Christmas Island National Park

Wednesday 1 February 2023

Cat with Christmas Island Pigeon. Credit Kirsty Faulkner

In 2022, Parks Australia’s Christmas Island National Park staff saved more than 15,000 native species by removing almost 300 feral cats from the island.

The animals saved were those feral cats kill frequently. These included an estimated 10,800 giant geckos, 4,200 threatened birds and over 380 critically endangered flying foxes.

The Australian Government is investing $4 million into a whole-of-island strategy to eradicate all feral cats on Christmas Island by 2025.

Parks Australia’s staff has worked with the Christmas Island community for more than six years to reduce cat numbers and protect the island’s native species.

The whole-of-island eradication program steps up cat removal on the island and combines a number of methods and technologies to reduce feral cat numbers  including trapping and shooting.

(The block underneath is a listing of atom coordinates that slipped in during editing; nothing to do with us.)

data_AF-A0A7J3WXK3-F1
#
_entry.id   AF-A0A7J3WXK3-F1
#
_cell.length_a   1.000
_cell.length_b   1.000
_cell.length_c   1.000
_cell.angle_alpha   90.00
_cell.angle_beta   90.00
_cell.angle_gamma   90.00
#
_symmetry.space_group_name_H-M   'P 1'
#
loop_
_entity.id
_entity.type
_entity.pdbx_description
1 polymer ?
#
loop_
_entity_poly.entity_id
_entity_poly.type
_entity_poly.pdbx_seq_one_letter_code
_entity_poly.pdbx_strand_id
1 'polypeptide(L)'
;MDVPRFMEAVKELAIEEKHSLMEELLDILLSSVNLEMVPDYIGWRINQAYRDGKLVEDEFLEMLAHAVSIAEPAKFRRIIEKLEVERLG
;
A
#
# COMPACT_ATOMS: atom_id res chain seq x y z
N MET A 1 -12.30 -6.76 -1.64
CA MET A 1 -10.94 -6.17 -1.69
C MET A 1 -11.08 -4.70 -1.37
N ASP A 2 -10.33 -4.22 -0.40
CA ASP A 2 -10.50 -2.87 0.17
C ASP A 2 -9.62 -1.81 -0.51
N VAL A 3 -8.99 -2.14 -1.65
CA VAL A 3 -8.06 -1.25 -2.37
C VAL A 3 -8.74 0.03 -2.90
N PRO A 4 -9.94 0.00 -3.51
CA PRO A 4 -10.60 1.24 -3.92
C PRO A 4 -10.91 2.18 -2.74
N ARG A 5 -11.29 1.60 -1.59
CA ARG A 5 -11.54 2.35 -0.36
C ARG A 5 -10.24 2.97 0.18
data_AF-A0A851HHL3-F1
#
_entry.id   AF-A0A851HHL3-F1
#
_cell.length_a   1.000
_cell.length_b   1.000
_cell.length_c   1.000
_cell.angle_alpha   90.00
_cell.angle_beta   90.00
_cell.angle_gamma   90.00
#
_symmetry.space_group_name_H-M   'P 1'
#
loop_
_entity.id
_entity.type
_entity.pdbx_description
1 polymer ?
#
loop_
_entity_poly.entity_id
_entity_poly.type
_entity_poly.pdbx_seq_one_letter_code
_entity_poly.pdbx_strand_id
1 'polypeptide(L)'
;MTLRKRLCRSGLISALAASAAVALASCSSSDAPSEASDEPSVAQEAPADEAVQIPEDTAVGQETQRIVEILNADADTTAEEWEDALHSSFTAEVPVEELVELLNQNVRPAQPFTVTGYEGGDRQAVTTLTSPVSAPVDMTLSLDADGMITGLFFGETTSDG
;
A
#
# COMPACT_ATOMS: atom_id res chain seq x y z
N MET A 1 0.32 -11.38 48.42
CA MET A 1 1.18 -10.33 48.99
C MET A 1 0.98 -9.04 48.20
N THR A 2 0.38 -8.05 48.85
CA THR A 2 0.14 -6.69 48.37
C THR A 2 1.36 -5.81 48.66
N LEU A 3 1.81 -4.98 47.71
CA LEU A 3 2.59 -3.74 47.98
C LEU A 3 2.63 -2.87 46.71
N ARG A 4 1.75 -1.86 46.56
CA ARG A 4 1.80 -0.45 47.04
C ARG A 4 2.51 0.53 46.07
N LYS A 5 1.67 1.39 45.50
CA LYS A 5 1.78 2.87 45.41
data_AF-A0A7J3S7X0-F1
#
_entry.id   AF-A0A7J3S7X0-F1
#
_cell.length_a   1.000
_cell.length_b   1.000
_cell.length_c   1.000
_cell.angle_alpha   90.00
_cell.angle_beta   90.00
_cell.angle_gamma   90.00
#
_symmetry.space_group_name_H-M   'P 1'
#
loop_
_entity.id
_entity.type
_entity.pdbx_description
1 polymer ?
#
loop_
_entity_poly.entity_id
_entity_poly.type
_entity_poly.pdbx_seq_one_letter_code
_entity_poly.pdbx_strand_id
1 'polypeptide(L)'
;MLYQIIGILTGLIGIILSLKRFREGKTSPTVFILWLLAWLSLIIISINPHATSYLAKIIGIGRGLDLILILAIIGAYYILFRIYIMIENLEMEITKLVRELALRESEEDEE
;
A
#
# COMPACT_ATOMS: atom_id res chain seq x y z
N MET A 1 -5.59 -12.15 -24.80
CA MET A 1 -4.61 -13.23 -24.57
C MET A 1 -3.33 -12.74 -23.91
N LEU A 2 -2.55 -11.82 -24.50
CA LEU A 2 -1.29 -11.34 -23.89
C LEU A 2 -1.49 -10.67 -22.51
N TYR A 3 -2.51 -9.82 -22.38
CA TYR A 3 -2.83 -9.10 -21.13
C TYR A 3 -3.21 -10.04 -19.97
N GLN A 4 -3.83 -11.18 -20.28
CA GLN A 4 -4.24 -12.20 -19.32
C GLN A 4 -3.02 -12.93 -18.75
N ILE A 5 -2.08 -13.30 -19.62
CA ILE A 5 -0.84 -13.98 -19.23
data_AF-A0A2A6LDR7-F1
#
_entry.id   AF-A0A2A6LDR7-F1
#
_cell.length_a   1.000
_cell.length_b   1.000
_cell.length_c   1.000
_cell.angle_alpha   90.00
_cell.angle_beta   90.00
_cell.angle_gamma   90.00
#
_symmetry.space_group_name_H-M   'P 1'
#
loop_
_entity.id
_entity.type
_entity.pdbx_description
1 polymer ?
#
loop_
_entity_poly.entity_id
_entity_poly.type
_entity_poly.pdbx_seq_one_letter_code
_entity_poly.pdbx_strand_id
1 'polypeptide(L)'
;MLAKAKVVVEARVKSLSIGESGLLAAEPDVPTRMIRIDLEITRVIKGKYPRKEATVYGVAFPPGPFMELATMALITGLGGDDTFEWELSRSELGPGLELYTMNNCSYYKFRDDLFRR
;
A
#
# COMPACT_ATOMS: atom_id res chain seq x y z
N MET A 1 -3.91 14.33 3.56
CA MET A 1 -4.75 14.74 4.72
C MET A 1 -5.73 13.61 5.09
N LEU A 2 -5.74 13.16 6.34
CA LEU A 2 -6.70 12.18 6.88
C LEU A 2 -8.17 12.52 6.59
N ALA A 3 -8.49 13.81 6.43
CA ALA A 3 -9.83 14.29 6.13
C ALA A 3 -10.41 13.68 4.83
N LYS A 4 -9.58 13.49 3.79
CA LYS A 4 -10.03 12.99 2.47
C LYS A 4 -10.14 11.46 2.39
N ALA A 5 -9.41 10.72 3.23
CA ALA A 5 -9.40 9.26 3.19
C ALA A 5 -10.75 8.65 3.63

The introduction of 15 specially adapted grooming traps has played a key role in the whole-of-island approach. The solar-powered traps are equipped with automated cat detection technology and toxin-dispensing spray devices. They contain a camera and an array of image sensors that distinguish cats from other animals.

The traps themselves have also been modified to suit the unique environment of Christmas Island, where robber crabs the size of footballs can be attracted to baits and crush trap components with their claws. To avoid this, Christmas Island National Park staff armoured the new grooming traps with upturned wheelie bins.

Christmas Island is one of the 20 priority places listed in the Australian Government’s Threatened Species Action Plan. That’s why we’re taking urgent action to protect the species that call the Island home.

Domestic cat ownership is strictly controlled on Christmas Island. Only registered, desexed cats can be kept and no new cats can be imported. This means that the domestic cat population will eventually decrease to zero.